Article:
A Pair of Blue Eyes

A Pair of Blue Eyes is a novel by Thomas Hardy, published in 1873, first serialised between September 1872 and July 1873. It was Hardy's third published novel, and the first not published anonymously upon its first publication.

A Pair of Blue Eyes
A Pair of Blue Eyes
First edition title page
AuthorThomas Hardy
CountryUnited Kingdom
PublisherTinsley Brothers
Publication date
Media typePrint (hardcover)
Pages3 volumes


The book describes the love triangle of a young woman, Elfride Swancourt, and her two suitors from very different backgrounds. Stephen Smith is a socially inferior but ambitious young man who adores her and with whom she shares a country background. Henry Knight is the respectable, established, older man who represents London society. Although the two are friends, Knight is not aware of Smith's previous liaison with Elfride.

Elfride finds herself caught in a battle between her heart, her mind and the expectations of those around her – her parents and society. When Elfride's father finds that his guest and candidate for his daughter's hand, architect's assistant Stephen Smith, is the son of a mason, he immediately orders him to leave. Knight, who is a relative of Elfride's stepmother, is later on the point of seeking to marry Elfride, but ultimately rejects her when he learns she had been previously courted.

Elfride, out of desperation, marries a third man, Lord Luxellian. The conclusion finds both suitors travelling together to Elfride, both intent on claiming her hand, and neither knowing either that she is already married or that they are accompanying her corpse and coffin as they travel.


Elfride Swancourt, the heroine, is both extremely attractive and emotionally naive; a Victorian Miranda.

Stephen Smith, her first suitor, also has this childish innocence, and she loves him because he is 'so docile and gentle' (chapter 7).

Henry Knight, the second suitor, is more dominantly masculine, with the expectation of Elfride's spiritual and physical virginity.[1]


This was the third of Hardy's novels to be published and the first to bear his name. It was first serialised in Tinsley's Magazine between September 1872 and July 1873.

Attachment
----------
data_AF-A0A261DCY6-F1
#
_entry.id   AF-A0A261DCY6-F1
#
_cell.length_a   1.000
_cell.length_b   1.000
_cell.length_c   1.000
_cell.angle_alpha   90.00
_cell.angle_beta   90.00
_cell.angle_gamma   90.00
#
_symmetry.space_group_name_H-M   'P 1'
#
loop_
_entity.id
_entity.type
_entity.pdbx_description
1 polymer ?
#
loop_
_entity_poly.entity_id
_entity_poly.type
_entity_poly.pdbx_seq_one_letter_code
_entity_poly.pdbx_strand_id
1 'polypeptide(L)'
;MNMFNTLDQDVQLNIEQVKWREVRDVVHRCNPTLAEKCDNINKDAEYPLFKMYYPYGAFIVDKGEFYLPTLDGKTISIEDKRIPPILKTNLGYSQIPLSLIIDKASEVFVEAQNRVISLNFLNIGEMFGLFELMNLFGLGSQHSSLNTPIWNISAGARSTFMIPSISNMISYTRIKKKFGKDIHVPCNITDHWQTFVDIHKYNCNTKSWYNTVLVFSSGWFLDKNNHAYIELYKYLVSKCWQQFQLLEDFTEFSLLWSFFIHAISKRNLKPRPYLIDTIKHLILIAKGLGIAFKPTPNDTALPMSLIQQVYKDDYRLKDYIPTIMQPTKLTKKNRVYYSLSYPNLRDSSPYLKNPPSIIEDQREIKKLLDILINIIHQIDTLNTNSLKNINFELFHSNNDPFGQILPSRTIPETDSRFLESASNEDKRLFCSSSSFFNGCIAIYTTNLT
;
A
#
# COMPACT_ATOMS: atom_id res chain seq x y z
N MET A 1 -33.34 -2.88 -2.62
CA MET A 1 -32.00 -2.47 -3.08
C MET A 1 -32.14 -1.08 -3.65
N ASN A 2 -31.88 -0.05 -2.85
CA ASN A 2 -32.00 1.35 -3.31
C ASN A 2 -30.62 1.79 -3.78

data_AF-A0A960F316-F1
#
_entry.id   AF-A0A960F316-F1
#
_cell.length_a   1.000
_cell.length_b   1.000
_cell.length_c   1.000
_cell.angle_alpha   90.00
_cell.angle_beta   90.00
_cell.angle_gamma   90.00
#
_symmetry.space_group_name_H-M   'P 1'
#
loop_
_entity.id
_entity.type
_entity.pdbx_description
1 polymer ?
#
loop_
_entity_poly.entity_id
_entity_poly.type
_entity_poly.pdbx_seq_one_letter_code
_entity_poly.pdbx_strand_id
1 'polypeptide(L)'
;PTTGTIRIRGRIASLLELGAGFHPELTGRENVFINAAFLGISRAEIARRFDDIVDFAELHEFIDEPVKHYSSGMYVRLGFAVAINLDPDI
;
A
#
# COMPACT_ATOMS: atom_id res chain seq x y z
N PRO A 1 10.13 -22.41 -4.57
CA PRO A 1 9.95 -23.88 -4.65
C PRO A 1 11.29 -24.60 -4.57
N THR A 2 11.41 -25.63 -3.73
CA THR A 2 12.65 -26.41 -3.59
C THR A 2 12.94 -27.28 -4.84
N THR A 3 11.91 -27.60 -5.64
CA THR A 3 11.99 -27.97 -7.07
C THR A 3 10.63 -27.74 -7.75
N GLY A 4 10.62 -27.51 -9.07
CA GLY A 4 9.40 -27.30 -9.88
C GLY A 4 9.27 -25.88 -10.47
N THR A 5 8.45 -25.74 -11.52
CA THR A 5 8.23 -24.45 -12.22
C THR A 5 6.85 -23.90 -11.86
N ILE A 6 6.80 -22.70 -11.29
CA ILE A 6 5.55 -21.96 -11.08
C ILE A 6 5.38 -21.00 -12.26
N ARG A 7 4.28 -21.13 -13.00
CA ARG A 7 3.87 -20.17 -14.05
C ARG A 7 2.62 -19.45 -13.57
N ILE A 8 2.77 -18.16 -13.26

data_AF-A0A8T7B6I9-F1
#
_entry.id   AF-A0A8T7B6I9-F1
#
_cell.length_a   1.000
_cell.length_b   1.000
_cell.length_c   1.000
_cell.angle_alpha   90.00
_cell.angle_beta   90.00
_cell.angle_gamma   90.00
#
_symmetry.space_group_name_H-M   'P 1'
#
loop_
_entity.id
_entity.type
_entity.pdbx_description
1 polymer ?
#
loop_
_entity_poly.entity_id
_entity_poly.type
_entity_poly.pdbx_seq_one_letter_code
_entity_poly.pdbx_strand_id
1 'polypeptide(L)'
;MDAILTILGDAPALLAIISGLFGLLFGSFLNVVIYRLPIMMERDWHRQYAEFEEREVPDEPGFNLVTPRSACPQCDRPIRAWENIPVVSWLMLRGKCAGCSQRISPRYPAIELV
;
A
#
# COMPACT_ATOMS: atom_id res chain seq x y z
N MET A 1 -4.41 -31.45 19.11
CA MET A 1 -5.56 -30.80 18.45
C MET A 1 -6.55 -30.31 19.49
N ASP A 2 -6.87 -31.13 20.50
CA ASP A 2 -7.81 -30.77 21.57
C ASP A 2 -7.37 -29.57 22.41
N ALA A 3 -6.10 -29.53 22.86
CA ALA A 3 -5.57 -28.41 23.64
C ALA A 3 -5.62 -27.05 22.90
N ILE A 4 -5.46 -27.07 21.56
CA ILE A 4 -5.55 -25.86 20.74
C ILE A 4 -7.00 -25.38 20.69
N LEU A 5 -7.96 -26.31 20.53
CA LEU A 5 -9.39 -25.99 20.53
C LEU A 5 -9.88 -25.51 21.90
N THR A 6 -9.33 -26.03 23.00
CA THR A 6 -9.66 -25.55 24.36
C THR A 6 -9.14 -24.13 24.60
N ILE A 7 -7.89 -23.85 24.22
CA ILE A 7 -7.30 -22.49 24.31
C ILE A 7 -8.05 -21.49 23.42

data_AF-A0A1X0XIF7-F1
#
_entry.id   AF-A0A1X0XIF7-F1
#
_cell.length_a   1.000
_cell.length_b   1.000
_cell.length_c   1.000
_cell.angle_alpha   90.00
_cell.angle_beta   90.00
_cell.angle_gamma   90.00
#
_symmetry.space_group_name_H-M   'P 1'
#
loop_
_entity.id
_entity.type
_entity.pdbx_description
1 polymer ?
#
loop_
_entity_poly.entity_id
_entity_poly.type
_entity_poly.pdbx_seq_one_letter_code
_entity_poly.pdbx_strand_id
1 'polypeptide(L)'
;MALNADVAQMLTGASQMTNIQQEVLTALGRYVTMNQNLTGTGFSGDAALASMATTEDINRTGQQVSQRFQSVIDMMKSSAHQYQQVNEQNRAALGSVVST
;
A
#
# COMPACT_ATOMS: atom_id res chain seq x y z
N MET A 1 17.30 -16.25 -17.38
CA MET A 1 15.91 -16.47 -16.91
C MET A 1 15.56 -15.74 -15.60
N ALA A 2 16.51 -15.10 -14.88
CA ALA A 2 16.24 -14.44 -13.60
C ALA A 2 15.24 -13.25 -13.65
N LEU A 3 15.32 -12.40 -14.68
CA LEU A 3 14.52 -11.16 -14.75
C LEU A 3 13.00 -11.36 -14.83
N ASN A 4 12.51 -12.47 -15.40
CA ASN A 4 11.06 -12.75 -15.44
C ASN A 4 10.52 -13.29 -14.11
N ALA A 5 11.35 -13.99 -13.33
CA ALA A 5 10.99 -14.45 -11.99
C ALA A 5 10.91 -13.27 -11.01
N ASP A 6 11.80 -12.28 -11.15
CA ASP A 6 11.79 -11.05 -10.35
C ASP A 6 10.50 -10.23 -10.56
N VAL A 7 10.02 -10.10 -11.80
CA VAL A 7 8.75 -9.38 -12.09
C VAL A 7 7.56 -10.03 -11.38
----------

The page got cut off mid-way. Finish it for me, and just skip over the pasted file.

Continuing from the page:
The novel is notable for the strong parallels to Hardy and his first wife Emma Gifford. In fact, of Hardy's early novels, this is probably the most densely populated with autobiographical events.[2]


A review in the Examiner of Far from the Madding Crowd retrospectively referred to it as 'not so exclusively pictoral [as Under the Greenwood Tree]; it was study of a more tragic kind, with more complex characters and a more stirring plot.... Both Under the Greenwood Tree and A Pair of Blue Eyes are very remarkable novels, which no one could read without admiring the close and penetrating observation, and pictoral and narrative power of the writer.'[3]

Late in his life Hardy met composer Sir Edward Elgar and discussed the possibility of Elgar basing an opera on the novel. Hardy's death put an end to the project.

BBC Radio 4 recorded the book as a serial, with Jeremy Irons as Harry Knight. Re-broadcast on Radio 4 Extra, 29–30 December 2014.

Literary criticism

A Pair of Blue Eyes is normally categorised as one of Hardy's minor works, 'a book with a few good points but a failure as a whole'.[1][2] Like Desperate Remedies, it contains melodramatic scenes which appear disconnected from the characters and plot.[2]

A focus of critical interest of the novel is the scene in which Henry Knight reviews the entire history of the world as he hangs over the edge of a cliff (reputedly the origin of the term 'cliffhanger'), and is eventually rescued by a rope of Elfride's underwear. Carl J. Weber sources the scene to a picnic Hardy and his wife had, in which he was sent to search for a lost earring, claiming this passage is the 'first indication in the novels of Hardy's ability to sustain interest in a tense situation by sheer power of vivid description.'[4] On the other hand, Millgate claims the scene forms part of the 'irrelevant' description suited to the 'rag-bag' of a novel.[4] For Jean Brooks the scene is 'macabre' and an illustration of 'cosmic indifference', also highlighting the comic in the rescue.[4]

However, Gittings and Halperin claim it is more likely the idea for this scene comes from an essay by Leslie Stephen called 'Five minutes in the Alps'. The 'cliff without a name', as it is referred to, is probably based on Beeny Cliff.[4]


  1. ^ a b Steig, Michael (Spring 1970). "The Problem of Literary Value in Two Early Hardy Novels". Texas Studies in Literature and Language. 12 (1): 55–62. JSTOR 40754081.
  2. ^ a b c Wittenburg, Judith Bryant (Winter 1983). "Early Hardy Novels and the Fictional Eye". Novel: A Forum on Fiction. 16 (2): 151–164. doi:10.2307/1345082. JSTOR 1345082.
  3. ^ Minto, W (5 December 1874). "Far from the Madding Crowd". Examiner.